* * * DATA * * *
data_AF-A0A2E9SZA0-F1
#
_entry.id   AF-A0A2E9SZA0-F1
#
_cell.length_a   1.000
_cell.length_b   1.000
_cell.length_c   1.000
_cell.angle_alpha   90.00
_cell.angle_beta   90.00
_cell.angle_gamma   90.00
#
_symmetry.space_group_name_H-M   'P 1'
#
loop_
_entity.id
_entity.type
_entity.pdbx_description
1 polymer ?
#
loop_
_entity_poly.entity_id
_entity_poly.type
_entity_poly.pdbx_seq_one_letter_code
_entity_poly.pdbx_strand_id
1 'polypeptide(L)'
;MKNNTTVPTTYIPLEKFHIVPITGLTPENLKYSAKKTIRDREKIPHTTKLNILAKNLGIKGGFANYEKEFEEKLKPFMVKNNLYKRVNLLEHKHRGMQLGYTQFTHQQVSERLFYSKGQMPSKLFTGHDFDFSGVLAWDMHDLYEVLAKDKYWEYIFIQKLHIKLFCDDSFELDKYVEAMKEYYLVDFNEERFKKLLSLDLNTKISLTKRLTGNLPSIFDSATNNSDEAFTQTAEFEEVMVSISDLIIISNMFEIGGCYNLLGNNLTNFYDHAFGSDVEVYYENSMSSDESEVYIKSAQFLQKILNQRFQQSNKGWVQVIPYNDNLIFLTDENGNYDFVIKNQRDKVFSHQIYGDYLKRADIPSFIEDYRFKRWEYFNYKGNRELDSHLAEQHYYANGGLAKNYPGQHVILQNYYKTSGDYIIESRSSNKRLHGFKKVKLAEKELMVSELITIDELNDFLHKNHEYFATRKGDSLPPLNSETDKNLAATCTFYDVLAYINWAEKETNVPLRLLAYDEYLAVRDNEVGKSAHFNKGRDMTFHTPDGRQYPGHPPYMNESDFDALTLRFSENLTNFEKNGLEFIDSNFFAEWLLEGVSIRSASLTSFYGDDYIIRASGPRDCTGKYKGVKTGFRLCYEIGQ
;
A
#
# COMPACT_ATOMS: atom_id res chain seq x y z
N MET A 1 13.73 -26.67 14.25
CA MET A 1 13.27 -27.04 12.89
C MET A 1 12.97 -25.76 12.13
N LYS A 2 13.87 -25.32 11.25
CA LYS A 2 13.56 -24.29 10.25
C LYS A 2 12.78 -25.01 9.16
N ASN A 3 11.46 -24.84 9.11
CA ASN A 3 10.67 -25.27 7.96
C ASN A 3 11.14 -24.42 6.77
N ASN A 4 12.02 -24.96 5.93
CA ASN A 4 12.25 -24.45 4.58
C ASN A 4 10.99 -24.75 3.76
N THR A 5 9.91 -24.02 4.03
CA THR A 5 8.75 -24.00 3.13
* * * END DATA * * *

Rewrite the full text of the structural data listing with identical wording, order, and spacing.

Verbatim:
data_AF-A0A2E9SZA0-F1
#
_entry.id   AF-A0A2E9SZA0-F1
#
_cell.length_a   1.000
_cell.length_b   1.000
_cell.length_c   1.000
_cell.angle_alpha   90.00
_cell.angle_beta   90.00
_cell.angle_gamma   90.00
#
_symmetry.space_group_name_H-M   'P 1'
#
loop_
_entity.id
_entity.type
_entity.pdbx_description
1 polymer ?
#
loop_
_entity_poly.entity_id
_entity_poly.type
_entity_poly.pdbx_seq_one_letter_code
_entity_poly.pdbx_strand_id
1 'polypeptide(L)'
;MKNNTTVPTTYIPLEKFHIVPITGLTPENLKYSAKKTIRDREKIPHTTKLNILAKNLGIKGGFANYEKEFEEKLKPFMVKNNLYKRVNLLEHKHRGMQLGYTQFTHQQVSERLFYSKGQMPSKLFTGHDFDFSGVLAWDMHDLYEVLAKDKYWEYIFIQKLHIKLFCDDSFELDKYVEAMKEYYLVDFNEERFKKLLSLDLNTKISLTKRLTGNLPSIFDSATNNSDEAFTQTAEFEEVMVSISDLIIISNMFEIGGCYNLLGNNLTNFYDHAFGSDVEVYYENSMSSDESEVYIKSAQFLQKILNQRFQQSNKGWVQVIPYNDNLIFLTDENGNYDFVIKNQRDKVFSHQIYGDYLKRADIPSFIEDYRFKRWEYFNYKGNRELDSHLAEQHYYANGGLAKNYPGQHVILQNYYKTSGDYIIESRSSNKRLHGFKKVKLAEKELMVSELITIDELNDFLHKNHEYFATRKGDSLPPLNSETDKNLAATCTFYDVLAYINWAEKETNVPLRLLAYDEYLAVRDNEVGKSAHFNKGRDMTFHTPDGRQYPGHPPYMNESDFDALTLRFSENLTNFEKNGLEFIDSNFFAEWLLEGVSIRSASLTSFYGDDYIIRASGPRDCTGKYKGVKTGFRLCYEIGQ
;
A
#
# COMPACT_ATOMS: atom_id res chain seq x y z
N MET A 1 13.73 -26.67 14.25
CA MET A 1 13.27 -27.04 12.89
C MET A 1 12.97 -25.76 12.13
N LYS A 2 13.87 -25.32 11.25
CA LYS A 2 13.56 -24.29 10.25
C LYS A 2 12.78 -25.01 9.16
N ASN A 3 11.46 -24.84 9.11
CA ASN A 3 10.67 -25.27 7.96
C ASN A 3 11.14 -24.42 6.77
N ASN A 4 12.02 -24.96 5.93
CA ASN A 4 12.25 -24.45 4.58
C ASN A 4 10.99 -24.75 3.76
N THR A 5 9.91 -24.02 4.03
CA THR A 5 8.75 -24.00 3.13